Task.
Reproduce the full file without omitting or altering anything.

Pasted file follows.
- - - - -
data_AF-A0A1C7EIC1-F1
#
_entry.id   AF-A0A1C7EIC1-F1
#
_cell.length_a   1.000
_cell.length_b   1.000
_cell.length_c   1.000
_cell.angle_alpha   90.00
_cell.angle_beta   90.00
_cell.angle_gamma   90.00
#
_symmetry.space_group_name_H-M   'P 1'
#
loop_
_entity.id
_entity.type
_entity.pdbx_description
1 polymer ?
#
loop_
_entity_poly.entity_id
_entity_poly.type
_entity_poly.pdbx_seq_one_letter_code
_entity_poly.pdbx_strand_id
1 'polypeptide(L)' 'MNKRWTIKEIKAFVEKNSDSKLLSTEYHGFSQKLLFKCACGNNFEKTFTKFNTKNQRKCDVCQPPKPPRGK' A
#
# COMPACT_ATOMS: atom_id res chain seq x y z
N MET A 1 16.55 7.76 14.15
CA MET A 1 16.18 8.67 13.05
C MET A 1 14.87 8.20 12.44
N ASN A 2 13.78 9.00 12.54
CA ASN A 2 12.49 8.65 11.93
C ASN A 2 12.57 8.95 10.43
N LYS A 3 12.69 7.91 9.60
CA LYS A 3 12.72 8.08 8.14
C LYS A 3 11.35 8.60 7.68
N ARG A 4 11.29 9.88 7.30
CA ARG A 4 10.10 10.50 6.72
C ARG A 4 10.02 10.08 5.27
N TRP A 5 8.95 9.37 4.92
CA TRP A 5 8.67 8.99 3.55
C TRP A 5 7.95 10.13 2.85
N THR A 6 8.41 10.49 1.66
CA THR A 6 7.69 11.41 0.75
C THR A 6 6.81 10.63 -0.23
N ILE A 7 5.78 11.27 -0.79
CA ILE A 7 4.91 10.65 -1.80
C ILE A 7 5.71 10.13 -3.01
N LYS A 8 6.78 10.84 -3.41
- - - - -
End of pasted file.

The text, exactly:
data_AF-A0A1C7EIC1-F1
#
_entry.id   AF-A0A1C7EIC1-F1
#
_cell.length_a   1.000
_cell.length_b   1.000
_cell.length_c   1.000
_cell.angle_alpha   90.00
_cell.angle_beta   90.00
_cell.angle_gamma   90.00
#
_symmetry.space_group_name_H-M   'P 1'
#
loop_
_entity.id
_entity.type
_entity.pdbx_description
1 polymer ?
#
loop_
_entity_poly.entity_id
_entity_poly.type
_entity_poly.pdbx_seq_one_letter_code
_entity_poly.pdbx_strand_id
1 'polypeptide(L)' 'MNKRWTIKEIKAFVEKNSDSKLLSTEYHGFSQKLLFKCACGNNFEKTFTKFNTKNQRKCDVCQPPKPPRGK' A
#
# COMPACT_ATOMS: atom_id res chain seq x y z
N MET A 1 16.55 7.76 14.15
CA MET A 1 16.18 8.67 13.05
C MET A 1 14.87 8.20 12.44
N ASN A 2 13.78 9.00 12.54
CA ASN A 2 12.49 8.65 11.93
C ASN A 2 12.57 8.95 10.43
N LYS A 3 12.69 7.91 9.60
CA LYS A 3 12.72 8.08 8.14
C LYS A 3 11.35 8.60 7.68
N ARG A 4 11.29 9.88 7.30
CA ARG A 4 10.10 10.50 6.72
C ARG A 4 10.02 10.08 5.27
N TRP A 5 8.95 9.37 4.92
CA TRP A 5 8.67 8.99 3.55
C TRP A 5 7.95 10.13 2.85
N THR A 6 8.41 10.49 1.66
CA THR A 6 7.69 11.41 0.75
C THR A 6 6.81 10.63 -0.23
N ILE A 7 5.78 11.27 -0.79
CA ILE A 7 4.91 10.65 -1.80
C ILE A 7 5.71 10.13 -3.01
N LYS A 8 6.78 10.84 -3.41